My daughter was diagnosed with severe ADHD by a psychologist and three MD’s. The school refused to do an MFE, and they also refuse to give me access to her school records. In three years, I requested access numerous times, and have been refused. Several teachers have outright harassed my daughter; one even going as far as destroying assignments for another class and openly discussing her ADHD in front of the entire class.
The school bypasses me and goes to the non-custodial parent for all issues, despite the court order giving me custody. The school created an intervention plan, but the individual teachers were given a choice as to if they honored it or not. The superintendent refuses to acknowledge my complaints.
The school staff claims my daughter is making “behavioral choices” and is not affected by ADHD. Every agency I turn to refuses to get involved, claiming all the issues should be dealt with at the local level. I requested a list of low or no-cost legal services, and the school simply emailed me a link to COSERRC.
I have talked to several local attorneys, but they all run $250 an hour and want a $15,000 retainer. I contacted the Office of Civil rights, but they only will deal with issues specifically related to disability discrimination. Since she hasn’t “officially” been identified as having a disability, their involvement is very limited. Who do you turn to when you can’t afford the expensive attorney, and none of the state education agencies will get involved?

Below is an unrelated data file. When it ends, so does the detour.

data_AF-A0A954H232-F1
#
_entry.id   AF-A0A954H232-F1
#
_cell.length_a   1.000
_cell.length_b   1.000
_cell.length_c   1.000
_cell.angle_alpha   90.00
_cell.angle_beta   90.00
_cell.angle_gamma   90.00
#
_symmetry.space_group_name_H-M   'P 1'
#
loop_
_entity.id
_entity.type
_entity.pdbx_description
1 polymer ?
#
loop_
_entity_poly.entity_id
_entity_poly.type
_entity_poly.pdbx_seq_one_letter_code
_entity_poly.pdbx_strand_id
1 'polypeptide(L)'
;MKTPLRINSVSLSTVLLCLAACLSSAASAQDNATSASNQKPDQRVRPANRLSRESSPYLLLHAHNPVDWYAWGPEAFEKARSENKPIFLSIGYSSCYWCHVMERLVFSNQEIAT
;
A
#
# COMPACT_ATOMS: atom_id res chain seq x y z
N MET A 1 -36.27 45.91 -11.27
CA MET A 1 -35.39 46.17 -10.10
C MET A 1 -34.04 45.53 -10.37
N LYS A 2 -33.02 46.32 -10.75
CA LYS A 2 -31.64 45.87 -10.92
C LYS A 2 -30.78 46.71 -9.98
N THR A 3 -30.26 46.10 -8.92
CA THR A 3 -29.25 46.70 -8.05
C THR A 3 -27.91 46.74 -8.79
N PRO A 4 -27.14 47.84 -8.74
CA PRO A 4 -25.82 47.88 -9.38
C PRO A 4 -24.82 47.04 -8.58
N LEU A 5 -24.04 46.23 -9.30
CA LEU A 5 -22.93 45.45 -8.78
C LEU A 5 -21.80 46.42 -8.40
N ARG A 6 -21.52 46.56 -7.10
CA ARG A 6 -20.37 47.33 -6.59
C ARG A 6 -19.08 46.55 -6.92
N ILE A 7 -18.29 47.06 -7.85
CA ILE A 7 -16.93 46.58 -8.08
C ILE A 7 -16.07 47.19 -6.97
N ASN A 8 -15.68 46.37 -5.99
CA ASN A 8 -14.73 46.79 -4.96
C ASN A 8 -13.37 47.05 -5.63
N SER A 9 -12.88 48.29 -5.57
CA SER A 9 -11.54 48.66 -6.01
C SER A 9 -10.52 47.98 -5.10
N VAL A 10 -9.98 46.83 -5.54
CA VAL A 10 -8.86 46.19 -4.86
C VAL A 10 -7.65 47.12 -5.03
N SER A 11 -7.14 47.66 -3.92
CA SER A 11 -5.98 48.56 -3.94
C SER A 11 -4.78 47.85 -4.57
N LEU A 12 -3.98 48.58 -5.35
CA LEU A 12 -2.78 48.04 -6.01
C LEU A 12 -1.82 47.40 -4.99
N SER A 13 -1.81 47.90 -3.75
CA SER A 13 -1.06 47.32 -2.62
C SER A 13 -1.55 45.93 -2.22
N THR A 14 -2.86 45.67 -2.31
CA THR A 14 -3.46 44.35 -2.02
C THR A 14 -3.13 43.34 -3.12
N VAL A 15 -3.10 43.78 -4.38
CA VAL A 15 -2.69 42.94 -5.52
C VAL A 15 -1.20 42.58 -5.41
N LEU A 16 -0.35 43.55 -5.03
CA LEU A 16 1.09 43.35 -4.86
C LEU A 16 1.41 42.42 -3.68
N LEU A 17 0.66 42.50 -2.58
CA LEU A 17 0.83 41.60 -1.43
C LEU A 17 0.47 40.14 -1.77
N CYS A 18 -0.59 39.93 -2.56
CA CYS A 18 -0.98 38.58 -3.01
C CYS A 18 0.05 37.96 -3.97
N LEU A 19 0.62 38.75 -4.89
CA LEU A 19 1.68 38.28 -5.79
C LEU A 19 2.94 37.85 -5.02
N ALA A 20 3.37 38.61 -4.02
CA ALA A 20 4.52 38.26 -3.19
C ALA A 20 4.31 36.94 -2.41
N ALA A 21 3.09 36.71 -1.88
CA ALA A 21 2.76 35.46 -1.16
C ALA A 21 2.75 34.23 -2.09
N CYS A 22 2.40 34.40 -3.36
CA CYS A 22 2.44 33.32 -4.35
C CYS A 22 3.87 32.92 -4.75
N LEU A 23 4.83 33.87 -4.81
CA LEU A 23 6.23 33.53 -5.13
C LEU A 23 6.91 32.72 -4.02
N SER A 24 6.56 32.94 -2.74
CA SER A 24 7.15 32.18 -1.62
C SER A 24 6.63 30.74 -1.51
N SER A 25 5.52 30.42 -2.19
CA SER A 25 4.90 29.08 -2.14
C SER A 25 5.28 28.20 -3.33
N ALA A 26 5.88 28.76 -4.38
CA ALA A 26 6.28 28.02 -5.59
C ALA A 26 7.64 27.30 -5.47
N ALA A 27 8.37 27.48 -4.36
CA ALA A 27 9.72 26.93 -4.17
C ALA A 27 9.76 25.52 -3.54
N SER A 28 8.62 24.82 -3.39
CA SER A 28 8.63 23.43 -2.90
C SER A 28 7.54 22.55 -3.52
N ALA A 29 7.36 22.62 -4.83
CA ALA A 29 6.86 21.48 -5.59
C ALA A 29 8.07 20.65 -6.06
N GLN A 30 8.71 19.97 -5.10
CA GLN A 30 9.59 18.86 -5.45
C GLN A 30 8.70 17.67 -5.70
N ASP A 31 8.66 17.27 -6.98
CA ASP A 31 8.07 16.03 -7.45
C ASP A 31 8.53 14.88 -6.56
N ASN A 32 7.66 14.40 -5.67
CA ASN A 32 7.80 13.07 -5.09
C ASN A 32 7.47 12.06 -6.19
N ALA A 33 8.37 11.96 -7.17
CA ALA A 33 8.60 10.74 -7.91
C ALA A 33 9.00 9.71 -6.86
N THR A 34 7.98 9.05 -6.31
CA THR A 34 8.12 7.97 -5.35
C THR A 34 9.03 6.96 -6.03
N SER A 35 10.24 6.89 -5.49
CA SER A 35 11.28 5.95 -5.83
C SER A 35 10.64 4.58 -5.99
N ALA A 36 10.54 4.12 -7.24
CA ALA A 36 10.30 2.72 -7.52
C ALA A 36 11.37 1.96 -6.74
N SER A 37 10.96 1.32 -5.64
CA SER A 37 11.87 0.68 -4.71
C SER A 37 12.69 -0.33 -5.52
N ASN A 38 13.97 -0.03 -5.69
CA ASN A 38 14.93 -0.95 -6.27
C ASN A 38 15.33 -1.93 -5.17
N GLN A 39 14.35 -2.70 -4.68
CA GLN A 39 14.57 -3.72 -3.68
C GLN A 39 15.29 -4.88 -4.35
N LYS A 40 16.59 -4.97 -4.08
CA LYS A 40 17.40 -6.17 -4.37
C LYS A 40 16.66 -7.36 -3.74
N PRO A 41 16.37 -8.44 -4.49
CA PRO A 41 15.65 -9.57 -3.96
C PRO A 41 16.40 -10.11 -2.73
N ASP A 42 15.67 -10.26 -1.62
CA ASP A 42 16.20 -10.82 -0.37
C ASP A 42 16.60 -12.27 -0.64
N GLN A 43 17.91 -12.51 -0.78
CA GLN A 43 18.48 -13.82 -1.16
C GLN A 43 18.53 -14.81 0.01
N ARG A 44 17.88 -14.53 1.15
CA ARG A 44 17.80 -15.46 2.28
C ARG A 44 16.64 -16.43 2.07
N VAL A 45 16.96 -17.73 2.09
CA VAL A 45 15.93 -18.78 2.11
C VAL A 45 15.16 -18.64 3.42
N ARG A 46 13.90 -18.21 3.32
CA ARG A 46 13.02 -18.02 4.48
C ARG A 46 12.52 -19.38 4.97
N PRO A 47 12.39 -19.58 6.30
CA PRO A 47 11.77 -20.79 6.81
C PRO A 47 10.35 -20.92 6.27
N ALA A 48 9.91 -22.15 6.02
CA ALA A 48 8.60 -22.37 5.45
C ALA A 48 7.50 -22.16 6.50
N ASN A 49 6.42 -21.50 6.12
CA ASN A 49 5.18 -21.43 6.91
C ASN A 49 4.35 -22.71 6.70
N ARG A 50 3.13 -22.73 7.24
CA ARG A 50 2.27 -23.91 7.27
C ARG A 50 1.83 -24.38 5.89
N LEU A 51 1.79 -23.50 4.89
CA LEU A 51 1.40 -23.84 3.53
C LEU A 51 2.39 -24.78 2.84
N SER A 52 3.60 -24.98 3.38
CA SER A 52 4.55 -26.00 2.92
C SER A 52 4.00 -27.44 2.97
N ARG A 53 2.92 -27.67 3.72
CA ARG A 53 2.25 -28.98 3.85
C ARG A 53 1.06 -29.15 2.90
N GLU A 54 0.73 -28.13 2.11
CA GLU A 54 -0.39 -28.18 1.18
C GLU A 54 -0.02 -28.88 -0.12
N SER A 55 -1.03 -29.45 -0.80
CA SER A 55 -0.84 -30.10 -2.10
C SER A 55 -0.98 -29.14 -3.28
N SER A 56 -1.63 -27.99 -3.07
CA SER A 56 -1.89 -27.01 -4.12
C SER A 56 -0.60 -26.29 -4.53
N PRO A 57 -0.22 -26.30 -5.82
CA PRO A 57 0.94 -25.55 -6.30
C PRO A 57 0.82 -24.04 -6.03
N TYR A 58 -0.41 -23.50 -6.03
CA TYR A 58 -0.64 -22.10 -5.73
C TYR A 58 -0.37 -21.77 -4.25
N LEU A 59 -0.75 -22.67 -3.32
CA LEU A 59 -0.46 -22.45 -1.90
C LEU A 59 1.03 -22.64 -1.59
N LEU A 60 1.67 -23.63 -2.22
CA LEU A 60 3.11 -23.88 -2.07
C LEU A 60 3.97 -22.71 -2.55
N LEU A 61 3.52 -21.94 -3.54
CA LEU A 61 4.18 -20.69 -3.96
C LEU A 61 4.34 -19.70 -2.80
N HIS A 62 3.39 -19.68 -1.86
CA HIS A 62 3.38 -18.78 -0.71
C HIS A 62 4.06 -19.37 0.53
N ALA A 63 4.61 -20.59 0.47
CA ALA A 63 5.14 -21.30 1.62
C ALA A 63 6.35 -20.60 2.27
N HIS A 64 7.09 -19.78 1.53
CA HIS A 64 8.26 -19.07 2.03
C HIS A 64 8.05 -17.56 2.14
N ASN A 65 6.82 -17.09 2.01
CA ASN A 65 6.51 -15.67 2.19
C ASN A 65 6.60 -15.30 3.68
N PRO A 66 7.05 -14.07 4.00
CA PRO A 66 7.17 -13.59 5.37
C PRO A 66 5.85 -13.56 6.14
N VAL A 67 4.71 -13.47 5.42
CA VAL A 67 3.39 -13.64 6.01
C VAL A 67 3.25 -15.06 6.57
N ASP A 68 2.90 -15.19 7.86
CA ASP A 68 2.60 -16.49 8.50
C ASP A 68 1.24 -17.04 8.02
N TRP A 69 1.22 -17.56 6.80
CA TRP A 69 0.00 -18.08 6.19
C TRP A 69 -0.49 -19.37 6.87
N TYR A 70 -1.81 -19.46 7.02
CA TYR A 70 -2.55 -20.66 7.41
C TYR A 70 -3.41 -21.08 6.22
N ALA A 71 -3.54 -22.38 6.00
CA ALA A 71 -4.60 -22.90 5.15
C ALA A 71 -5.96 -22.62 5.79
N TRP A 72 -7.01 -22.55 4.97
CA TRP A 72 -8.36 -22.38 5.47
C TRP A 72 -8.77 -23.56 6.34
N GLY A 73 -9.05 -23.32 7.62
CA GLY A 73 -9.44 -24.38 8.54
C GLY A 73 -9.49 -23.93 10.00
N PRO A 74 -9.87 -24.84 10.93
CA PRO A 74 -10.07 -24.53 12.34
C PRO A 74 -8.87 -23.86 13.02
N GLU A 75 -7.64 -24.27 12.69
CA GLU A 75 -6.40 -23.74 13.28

Unfortunately, it sounds as if you may have exhausted many of the obvious options for where to turn. Your situation reflects one of the pervasive problems with the special education system, to wit that adequate representation is often not available or affordable, despite myths and legends to the contrary.
You did not mention filing a complaint with the state department of education, which you can do without a lawyer. You might also want to contact law school Legal Clinics in your state, as some of them may have special education advocacy programs. You may also want to contact the State Protection and Advocacy Organization. You can get your state’s Protection and Advocacy info at the National Disability Rights Network .
Finally, you may want to contact your local bar association, as the bar often runs Pro Bono programs that link lawyers to clients who cannot afford an attorney.